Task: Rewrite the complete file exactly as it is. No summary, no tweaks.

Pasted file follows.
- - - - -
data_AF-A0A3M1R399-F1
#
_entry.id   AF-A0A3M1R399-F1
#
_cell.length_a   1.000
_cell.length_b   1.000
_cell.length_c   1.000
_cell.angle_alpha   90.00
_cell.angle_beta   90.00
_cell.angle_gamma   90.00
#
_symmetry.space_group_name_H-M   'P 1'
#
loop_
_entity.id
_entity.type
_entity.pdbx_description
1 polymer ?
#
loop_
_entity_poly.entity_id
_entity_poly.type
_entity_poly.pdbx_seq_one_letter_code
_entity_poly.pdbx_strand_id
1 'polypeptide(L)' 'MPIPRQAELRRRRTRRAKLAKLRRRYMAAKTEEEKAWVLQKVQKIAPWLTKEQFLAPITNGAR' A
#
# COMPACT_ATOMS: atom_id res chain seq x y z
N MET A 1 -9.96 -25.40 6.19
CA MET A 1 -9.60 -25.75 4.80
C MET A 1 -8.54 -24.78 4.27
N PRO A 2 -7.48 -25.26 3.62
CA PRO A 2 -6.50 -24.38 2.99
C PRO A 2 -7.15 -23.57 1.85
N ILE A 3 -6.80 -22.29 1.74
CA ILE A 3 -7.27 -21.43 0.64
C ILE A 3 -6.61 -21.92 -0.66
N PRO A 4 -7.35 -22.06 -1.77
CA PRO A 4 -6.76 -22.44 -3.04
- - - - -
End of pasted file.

data_AF-A0A3M1R399-F1
#
_entry.id   AF-A0A3M1R399-F1
#
_cell.length_a   1.000
_cell.length_b   1.000
_cell.length_c   1.000
_cell.angle_alpha   90.00
_cell.angle_beta   90.00
_cell.angle_gamma   90.00
#
_symmetry.space_group_name_H-M   'P 1'
#
loop_
_entity.id
_entity.type
_entity.pdbx_description
1 polymer ?
#
loop_
_entity_poly.entity_id
_entity_poly.type
_entity_poly.pdbx_seq_one_letter_code
_entity_poly.pdbx_strand_id
1 'polypeptide(L)' 'MPIPRQAELRRRRTRRAKLAKLRRRYMAAKTEEEKAWVLQKVQKIAPWLTKEQFLAPITNGAR' A
#
# COMPACT_ATOMS: atom_id res chain seq x y z
N MET A 1 -9.96 -25.40 6.19
CA MET A 1 -9.60 -25.75 4.80
C MET A 1 -8.54 -24.78 4.27
N PRO A 2 -7.48 -25.26 3.62
CA PRO A 2 -6.50 -24.38 2.99
C PRO A 2 -7.15 -23.57 1.85
N ILE A 3 -6.80 -22.29 1.74
CA ILE A 3 -7.27 -21.43 0.64
C ILE A 3 -6.61 -21.92 -0.66
N PRO A 4 -7.35 -22.06 -1.77
CA PRO A 4 -6.76 -22.44 -3.04